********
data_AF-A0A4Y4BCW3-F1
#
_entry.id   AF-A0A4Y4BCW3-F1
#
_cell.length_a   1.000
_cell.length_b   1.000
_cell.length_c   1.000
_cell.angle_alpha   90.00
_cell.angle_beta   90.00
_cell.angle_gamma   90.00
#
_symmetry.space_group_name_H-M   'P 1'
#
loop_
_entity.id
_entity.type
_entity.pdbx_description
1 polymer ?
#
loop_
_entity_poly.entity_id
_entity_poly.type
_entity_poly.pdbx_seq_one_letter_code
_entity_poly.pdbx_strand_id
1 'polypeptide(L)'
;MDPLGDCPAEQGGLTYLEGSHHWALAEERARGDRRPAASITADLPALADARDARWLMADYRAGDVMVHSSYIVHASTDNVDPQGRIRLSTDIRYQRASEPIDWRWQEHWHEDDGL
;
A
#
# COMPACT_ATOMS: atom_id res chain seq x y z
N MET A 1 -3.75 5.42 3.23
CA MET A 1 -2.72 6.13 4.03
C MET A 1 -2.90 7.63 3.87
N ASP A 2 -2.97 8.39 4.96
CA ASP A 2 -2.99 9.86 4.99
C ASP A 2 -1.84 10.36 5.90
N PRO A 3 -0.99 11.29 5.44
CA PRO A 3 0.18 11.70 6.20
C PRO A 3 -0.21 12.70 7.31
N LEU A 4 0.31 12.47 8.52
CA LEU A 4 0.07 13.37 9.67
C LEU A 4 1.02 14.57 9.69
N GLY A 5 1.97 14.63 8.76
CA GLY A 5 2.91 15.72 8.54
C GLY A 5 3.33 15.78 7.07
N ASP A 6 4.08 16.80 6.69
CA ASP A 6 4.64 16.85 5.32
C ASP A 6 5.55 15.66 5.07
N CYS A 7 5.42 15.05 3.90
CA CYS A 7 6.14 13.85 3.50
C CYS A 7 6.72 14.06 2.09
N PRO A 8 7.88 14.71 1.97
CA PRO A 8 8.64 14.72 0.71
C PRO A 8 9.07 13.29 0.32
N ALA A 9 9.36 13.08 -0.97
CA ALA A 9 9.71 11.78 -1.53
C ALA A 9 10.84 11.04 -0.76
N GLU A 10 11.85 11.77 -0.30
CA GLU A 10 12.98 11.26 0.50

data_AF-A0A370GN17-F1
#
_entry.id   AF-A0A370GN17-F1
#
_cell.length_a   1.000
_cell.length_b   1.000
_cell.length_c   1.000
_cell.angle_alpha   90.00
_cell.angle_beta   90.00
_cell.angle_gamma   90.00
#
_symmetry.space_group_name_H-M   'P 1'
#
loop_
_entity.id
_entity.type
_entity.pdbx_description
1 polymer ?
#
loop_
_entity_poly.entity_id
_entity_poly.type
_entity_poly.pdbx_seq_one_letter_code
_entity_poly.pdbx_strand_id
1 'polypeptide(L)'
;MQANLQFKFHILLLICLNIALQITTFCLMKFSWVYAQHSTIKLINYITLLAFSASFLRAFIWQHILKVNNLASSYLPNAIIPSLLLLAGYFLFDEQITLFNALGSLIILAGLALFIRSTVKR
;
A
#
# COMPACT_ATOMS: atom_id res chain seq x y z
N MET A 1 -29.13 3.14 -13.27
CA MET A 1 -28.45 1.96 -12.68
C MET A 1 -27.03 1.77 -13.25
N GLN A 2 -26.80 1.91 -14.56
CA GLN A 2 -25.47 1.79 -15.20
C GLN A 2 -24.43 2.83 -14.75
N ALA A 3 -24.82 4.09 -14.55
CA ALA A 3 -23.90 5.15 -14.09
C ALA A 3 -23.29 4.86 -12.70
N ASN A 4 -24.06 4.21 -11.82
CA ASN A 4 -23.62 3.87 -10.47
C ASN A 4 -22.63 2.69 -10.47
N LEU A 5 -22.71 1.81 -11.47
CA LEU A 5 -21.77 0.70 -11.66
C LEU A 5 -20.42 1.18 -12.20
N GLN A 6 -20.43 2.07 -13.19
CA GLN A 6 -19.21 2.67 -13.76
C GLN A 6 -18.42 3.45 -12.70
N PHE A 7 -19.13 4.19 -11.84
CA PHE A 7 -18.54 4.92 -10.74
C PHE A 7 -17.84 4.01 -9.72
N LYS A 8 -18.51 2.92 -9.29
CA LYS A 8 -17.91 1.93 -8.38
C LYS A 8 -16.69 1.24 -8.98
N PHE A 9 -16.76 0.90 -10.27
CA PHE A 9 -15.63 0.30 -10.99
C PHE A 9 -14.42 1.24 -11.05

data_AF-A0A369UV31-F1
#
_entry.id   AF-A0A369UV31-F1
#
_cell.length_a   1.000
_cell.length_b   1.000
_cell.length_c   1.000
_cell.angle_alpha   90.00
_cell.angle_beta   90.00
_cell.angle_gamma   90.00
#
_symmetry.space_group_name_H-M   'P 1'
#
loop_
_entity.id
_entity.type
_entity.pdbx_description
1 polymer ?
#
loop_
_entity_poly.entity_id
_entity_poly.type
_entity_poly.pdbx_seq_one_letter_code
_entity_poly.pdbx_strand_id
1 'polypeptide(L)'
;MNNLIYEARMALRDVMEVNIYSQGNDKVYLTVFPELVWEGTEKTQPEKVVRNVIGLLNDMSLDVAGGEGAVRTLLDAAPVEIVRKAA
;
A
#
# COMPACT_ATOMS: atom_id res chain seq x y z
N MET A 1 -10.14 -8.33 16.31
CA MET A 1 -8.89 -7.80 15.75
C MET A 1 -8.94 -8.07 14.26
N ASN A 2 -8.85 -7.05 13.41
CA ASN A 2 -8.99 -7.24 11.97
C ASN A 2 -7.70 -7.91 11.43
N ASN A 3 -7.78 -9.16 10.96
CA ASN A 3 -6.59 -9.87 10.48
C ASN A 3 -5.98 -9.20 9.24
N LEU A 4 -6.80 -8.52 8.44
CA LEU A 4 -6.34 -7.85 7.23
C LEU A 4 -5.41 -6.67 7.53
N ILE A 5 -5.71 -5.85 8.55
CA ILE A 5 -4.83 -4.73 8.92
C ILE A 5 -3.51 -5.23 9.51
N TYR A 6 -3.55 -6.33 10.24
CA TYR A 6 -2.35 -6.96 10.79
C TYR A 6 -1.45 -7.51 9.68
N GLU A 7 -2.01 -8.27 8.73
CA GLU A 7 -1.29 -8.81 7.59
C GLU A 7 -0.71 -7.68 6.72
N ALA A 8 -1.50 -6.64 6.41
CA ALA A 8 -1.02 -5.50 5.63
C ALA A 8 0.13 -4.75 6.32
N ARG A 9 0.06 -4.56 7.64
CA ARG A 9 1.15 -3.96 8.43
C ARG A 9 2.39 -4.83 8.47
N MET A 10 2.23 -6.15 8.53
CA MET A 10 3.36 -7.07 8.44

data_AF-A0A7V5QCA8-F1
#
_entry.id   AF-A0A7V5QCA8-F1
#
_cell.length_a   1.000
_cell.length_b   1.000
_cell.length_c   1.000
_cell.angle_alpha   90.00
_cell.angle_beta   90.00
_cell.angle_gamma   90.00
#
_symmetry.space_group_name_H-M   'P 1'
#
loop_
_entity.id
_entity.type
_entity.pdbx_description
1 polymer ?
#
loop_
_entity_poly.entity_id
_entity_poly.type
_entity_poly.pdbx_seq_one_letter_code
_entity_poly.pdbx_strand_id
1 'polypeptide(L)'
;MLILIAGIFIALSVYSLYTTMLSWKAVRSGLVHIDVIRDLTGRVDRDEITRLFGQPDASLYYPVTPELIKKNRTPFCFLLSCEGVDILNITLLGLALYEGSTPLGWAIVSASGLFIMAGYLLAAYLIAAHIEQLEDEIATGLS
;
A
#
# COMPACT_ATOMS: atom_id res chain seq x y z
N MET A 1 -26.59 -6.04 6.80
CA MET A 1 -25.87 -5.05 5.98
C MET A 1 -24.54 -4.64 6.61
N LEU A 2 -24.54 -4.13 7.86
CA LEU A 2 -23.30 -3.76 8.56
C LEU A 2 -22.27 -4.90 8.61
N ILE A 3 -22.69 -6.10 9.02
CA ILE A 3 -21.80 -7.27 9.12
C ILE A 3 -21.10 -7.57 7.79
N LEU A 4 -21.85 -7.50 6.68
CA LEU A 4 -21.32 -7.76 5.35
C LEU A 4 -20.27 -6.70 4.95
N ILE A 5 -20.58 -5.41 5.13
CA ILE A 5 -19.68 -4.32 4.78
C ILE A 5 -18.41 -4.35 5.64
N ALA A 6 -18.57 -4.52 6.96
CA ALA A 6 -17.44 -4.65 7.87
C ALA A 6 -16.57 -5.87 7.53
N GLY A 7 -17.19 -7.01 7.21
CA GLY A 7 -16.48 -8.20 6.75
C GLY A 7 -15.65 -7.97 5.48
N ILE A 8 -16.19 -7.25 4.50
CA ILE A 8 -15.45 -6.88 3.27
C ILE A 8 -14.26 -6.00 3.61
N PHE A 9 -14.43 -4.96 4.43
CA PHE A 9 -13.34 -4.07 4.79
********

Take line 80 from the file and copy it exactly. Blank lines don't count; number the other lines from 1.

_entity_poly.entity_id